Women vs. Society

Woman. It is one simple word. A word that everyone knows. A word that describes roughly 50% of the world population. The Oxford English Dictionary defines a woman as:

The female human being; the female part of the human race, the female sex.

What one should note about the above definition is that none of it suggests that a woman is somehow lacking in certain qualities. It does not state that a woman is unfit to make political decisions. It does not say that being a woman means a person is not cut out to succeed in the corporate world. It does not state that the government is more suited to decide about a woman’s body than she is. Yet society seems to have trouble understanding that.

Although there is undeniable evidence of the immense amount of progress that has been made towards the emancipation of women, as 2015 marked the year when the last country that denied women the right to vote* – Saudi Arabia, finally passed a law that gives its entire adult population a voice in the election process, it is not all roses. Continue reading “Women vs. Society”

Behind Bars: Rethinking the Morality and Economics of Prisons

“It is said that no one truly knows a nation until one has been inside its jails. A nation should not be judged by how it treats its highest citizens, but its lowest ones.” The words of Nelson Mandela, the first black president of South Africa and a man who spent 27 years locked up as a political prisoner, ring true even in the modern age.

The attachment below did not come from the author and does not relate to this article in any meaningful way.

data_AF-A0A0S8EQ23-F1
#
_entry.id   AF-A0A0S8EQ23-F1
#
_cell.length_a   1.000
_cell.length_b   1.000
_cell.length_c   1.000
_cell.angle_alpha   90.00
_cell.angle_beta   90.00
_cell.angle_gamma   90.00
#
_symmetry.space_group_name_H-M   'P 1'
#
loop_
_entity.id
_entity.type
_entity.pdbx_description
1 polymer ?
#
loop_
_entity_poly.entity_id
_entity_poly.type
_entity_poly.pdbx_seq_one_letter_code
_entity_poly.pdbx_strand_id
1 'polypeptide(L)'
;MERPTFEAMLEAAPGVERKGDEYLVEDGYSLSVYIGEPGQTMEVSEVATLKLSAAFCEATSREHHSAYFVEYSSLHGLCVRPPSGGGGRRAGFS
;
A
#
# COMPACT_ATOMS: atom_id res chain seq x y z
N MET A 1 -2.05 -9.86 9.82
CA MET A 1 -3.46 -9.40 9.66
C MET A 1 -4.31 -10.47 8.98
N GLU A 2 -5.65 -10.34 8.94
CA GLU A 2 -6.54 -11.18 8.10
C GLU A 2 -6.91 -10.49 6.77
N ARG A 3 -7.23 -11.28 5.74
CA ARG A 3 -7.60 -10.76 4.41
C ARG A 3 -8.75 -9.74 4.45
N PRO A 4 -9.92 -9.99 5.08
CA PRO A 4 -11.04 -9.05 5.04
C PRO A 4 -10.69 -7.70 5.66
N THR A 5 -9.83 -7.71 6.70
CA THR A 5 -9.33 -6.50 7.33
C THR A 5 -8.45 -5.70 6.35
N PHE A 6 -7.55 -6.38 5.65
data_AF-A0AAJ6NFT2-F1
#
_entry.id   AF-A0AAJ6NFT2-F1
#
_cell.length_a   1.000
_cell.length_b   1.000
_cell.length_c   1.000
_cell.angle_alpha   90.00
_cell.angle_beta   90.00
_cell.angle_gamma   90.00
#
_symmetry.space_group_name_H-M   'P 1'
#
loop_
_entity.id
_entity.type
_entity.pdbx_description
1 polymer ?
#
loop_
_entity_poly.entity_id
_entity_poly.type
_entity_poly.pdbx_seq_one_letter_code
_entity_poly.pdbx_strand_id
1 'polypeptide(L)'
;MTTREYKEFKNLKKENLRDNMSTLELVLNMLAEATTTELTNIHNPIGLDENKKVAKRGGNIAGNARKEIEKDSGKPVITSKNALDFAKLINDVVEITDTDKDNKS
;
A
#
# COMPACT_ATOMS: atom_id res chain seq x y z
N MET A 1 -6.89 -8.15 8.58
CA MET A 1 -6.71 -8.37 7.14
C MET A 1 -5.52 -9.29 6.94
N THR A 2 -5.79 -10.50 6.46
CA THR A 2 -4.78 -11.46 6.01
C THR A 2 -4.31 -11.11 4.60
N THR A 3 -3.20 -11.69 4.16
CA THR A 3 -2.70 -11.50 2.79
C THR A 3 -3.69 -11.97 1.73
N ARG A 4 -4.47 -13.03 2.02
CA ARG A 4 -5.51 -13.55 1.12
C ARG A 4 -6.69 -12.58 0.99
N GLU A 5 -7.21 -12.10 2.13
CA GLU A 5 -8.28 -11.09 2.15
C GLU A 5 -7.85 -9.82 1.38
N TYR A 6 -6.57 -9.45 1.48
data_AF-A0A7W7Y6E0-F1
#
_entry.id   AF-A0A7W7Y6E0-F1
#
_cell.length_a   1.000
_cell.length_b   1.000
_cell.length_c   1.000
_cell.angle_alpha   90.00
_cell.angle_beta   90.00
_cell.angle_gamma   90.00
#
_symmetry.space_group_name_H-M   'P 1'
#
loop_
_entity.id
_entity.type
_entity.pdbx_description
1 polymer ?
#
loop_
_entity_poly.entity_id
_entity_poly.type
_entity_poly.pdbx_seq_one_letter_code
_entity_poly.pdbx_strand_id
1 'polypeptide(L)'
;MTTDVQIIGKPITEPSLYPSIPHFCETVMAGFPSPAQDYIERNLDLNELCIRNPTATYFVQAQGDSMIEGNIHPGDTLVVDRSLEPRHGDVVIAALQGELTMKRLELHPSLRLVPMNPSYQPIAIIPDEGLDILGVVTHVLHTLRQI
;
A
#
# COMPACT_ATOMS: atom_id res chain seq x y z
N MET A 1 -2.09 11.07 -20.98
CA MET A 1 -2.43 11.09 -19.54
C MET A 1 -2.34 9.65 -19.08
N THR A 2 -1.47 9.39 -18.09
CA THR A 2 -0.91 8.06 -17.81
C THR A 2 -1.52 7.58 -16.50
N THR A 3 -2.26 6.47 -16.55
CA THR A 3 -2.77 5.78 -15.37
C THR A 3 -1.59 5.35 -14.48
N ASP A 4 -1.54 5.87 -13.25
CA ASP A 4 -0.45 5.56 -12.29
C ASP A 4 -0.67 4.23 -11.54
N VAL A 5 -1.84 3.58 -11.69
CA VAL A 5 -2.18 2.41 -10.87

Therefore, the question is: how do the nations of today present themselves when put under the scrutiny of these words?

Continue reading “Behind Bars: Rethinking the Morality and Economics of Prisons”

Hong Kong Protests: Danger, Democracy, and Disillusionment in the Far East

On Sunday, 18th August,  1.7 million people gathered in Hong Kong’s second-largest pro-democracy march, defying a police ban and increasingly sinister warnings from the Chinese Central government. The demonstration, the latest in a series of protests which have gripped the island region, was initially sparked in June 2019 by a widely controversial extradition-bill which would empower local authorities to detain and extradite individuals to countries Hong Kong does not have formal agreements with, including Mainland China and Macau. Fears were ignited that these laws would undermine the autonomy of the region by placing Hong Kongers and visitors under mainland Chinese jurisdiction, where forced confessions and unfair trial procedures for political prisoners are common. Continue reading “Hong Kong Protests: Danger, Democracy, and Disillusionment in the Far East”

Blog at WordPress.com.

Up ↑